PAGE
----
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I know that hashing is a one way function and encrypted messages could be retrieved if you know the corresponding key to which you encrypted the message. Other than the ability to retrieve, what advantages/disadvantages are there in hashing over encryption?

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    There is no "advantage". They serve completely different purposes. – Ayrx Jun 3 '14 at 14:45
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As has been mentioned, hashing and encryption serve different purposes, so this question would be better phrased with an application in mind. For a real life example that is commonly used, a website developer might ask: "I am creating a website where users need a username and password to login. Should I store the passwords in plain text somewhere, should I encrypt the passwords, or should I hash them?" The answer to this question will depend on what the website is for and who the users are, but typically it goes like this:

  1. Plain Text Passwords: this should usually be avoided, except for extremely low security sites where the passwords are auto-generated. If the users are allowed to create their own passwords, you should just about never store them in plain-text, because some users will inevitably use the same password for this site as they would for sites with high-security, for example their bank accounts or other email accounts where bank account password reset emails would be sent to.

  2. Encrypt the Passwords: this is MUCH better than plain text passwords, however someone will always have the ability to decrypt the passwords. This is because in order for the web server to authenticate the passwords, it must be able to decrypt the passwords which means that the decryption key must be stored somewhere the server can access. Consequently, anyone with access to the server will be able to decrypt the passwords as well. That person might normally be the web developer or an IT admin who is trusted, but it's usually best to not have anyone be able to decrypt the passwords. Furthermore, if the server is somehow compromised, then the hacker can decrypt everyone's password.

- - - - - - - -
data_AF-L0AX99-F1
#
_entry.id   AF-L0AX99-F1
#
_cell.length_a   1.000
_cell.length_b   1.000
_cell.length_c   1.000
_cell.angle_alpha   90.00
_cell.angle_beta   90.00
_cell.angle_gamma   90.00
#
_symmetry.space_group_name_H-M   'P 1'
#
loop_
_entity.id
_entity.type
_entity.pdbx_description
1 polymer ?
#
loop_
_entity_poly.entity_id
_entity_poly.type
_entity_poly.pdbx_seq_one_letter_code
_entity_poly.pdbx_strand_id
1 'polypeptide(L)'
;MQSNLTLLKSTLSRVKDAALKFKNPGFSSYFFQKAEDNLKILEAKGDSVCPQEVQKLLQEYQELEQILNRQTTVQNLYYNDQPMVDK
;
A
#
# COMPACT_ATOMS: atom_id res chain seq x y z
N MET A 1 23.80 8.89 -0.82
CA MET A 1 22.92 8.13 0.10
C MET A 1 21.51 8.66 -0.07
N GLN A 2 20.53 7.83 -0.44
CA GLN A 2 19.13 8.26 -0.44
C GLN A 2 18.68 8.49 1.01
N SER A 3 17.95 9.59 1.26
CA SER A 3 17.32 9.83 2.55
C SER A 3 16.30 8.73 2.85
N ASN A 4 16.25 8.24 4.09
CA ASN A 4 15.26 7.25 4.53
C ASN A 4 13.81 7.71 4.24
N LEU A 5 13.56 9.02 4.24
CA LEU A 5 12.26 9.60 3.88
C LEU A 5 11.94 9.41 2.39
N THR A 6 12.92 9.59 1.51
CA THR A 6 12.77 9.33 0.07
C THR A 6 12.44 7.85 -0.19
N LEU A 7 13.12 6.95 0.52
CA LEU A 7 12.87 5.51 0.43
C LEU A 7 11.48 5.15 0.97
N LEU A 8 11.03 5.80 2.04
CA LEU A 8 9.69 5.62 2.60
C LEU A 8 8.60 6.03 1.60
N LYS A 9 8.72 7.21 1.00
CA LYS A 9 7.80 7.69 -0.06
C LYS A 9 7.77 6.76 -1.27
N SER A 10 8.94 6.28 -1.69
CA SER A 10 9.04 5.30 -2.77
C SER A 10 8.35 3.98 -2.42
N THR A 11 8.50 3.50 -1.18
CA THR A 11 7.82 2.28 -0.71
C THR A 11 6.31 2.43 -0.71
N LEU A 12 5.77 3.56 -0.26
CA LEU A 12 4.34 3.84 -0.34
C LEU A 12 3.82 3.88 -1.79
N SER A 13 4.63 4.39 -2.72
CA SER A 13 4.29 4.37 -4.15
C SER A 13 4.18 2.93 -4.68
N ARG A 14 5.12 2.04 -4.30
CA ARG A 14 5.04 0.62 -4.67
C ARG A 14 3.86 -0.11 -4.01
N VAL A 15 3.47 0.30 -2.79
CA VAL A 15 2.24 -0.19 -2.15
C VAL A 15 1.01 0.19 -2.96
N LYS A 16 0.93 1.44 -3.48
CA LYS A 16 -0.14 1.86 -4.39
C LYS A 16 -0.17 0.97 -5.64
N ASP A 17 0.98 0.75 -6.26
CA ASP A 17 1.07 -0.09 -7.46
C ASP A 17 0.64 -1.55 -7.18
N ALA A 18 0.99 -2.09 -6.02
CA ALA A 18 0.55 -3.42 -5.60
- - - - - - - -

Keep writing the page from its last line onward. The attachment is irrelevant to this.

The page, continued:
3. Hashing the Passwords: this is typically the best method since even if the server is compromised, the passwords are still protected (within reason). The main disadvantage of this is that it is not possible to recover a password; you can only reset your password.

Moral: if your bank has a "Forgot Password" recovery mechanism on their website, and they email you your password that you forgot instead of resetting it for you, then you should switch banks.

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There is no advantage , they serve different purposes as Terry Chia said.

In "log in systems" you want to make sure that if someone manages to "steal" your database the attacker won't be able to actually read the password, but only the hash of the password, since many users use the same passwords for many different sites. Then if an attacker managed to crack stackexchange's database , he would be able to use the same password to email, ebanking etc..

Imagine the scenario where what you want is to make sure a message when transmitted from a sender X to a receiver Y ,is received correctly and the receiver Y can verify it was received correctly and none altered the message, also you both have already decided on a key for the hash function.
You don't care if an attacker read your message. So you just send the clear-text , with a hash of that clear-text, then the receiver will hash the received clear-text with the same key and if the two hashes are the same he will be able to verify that, the message received was not altered.
All you care is that your receiver can verify it was send by you.

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If you want to think about it in simpler terms: Hashing is like matching a finger print whereas encrypting it is to scramble the message. Use hashing to determine if the message/file is authentic. Use encryption to protect/hide the content.

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Elaborating on the functions both serve:

Hashing is, as you said, non-reversible. It is also constant. This is why we use it to store passwords. When you set your password for, say, your e-mail, the server never stores it (well, some do, but they deserve a certain degree of public shaming). Instead, (assuming your password is "password") they store h("password"). Now lets say you want to log in. This is where encryption comes into play. You and the server go though something called a Diffie-Helfman key exchange, which lets you exchange a key with the server. Now you use that key to encrypt your password (x = e("password")) and send it to the server. The server, since it has the same key you used to encrypt your password, can perform the function e^-1(x). Now it has the plaintext of your password. If we were talking about Heartbleed, this is is the most likely point for your password to be stolen. Anyway, now the server performs the function h("password") and compares it against the stored password hash it has associated with your username. If the hash they generated from the value you sent them matches the one that they have, they allow you access to your account.

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